Cases argued and decided in the Supreme Court of Texas, during the latter part of the Tyler term, 1874, and the first part of the Galveston term, 1875. Volume 42. Page: 341
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1875.] ROGERS v. JOHNS. 341
Opinion of the Court.
the District Court a special tribunal for the trial of certain
cases of contested elections. In trying such cases, the District
Courts act under authority conferred by the statute, and not by
virtue of any jurisdiction conferred by the Constitution. The
citizen who claims an office as having received a majority of
the votes at an election, must prosecute his rights in the mode
prescribed by the statute. Unless he does so, he has no such
property in the office as will entitle him, in ordinary cases, to
resort to the courts. No constitutional provision is infringed
by denying an appeal from the decision of the District Court,
when it acts in such cases as a special tribunal, and not by
virtue of its constitutional powers. We regard this question
as substantially settled by former decisions of this court, though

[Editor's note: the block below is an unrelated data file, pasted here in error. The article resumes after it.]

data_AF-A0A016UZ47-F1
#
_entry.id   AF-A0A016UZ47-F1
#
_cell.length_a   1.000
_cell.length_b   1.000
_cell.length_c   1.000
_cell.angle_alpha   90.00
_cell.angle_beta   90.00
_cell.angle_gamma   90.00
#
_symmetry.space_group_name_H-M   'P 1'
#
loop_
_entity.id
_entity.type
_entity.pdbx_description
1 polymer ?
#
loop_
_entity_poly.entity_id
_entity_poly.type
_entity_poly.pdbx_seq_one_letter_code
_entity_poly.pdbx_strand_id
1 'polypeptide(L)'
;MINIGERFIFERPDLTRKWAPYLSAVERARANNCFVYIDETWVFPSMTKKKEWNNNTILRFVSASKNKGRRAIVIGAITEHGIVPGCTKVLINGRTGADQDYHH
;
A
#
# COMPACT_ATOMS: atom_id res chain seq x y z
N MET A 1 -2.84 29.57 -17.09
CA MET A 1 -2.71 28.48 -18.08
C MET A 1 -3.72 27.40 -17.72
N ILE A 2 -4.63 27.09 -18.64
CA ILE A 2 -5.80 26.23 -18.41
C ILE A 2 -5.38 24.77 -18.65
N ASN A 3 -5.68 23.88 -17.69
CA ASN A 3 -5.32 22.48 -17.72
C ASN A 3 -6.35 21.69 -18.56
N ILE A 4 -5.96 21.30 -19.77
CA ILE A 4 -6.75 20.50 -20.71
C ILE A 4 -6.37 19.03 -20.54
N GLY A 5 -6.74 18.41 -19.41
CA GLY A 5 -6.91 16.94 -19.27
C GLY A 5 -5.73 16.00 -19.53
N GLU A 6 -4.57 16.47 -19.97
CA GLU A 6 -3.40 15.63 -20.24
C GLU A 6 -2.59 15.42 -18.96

under different statutes. In O'Docherty v. Archer, 9 Texas,
295, which was under a statute giving the County Court jurisdiction
in such cases, but giving no appeal, the court say: "In
" constituting the tribunal it was optional with the Legislature
" to give an appeal or not, as might best comport with their
" views of public policy. As no appeal was given, the infer"
ence must be that none was intended. The terms of office
of these officers are of so short duration that, in many cases,
the term would expire before the right could be finally deter"mined,
if the parties were allowed to litigate their respective
" claims through successive appeals to the court of last resort."
The District Court in that case had dismissed the certiorari, by
means of which the decision of the County Court was sought
to be revised, and its action was affirmed by this court. (See
also, Baker v. Chisholm, 3 Texas, 158; Arberry v. Bevers, 6
Texas; Walker v. Tarrant county, 20 Texas, 20; Lindsey v.
Ludkett, 20 Texas, 516.
The case of McKinney v. O'Connor was decided under a
different statute, giving the right of appeal. (25 Texas.)
In Wright v. Fawcett, decided at the present term, we held
that the District-Court had no jurisdiction to try a case of contested
election, where the contestant had failed to take the
steps prescribed by the statute-predicating that ruling on the
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Texas. Supreme Court. Cases argued and decided in the Supreme Court of Texas, during the latter part of the Tyler term, 1874, and the first part of the Galveston term, 1875. Volume 42., book, 1881; St. Louis, Mo.. (texashistory.unt.edu/ark:/67531/metapth28531/m1/349/: accessed April 24, 2017), University of North Texas Libraries, The Portal to Texas History, texashistory.unt.edu; .